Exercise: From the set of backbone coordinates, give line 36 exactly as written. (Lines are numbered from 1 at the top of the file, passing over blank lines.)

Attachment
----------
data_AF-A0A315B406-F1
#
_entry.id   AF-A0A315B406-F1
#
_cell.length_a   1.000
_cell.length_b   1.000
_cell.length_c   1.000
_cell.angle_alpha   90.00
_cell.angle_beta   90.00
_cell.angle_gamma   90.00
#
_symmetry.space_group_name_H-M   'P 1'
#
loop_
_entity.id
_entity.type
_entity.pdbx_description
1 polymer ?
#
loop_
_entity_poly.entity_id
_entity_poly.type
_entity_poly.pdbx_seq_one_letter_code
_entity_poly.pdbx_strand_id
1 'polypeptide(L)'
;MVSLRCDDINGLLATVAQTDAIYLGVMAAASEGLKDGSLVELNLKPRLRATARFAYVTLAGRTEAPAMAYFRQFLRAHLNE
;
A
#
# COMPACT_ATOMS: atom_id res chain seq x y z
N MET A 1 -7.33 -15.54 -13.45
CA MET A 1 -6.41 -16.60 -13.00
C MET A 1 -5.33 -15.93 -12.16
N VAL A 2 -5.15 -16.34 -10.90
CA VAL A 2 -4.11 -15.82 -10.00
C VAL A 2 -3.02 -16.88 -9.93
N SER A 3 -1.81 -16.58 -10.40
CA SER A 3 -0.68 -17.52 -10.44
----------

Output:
C VAL A 2 -3.02 -16.88 -9.93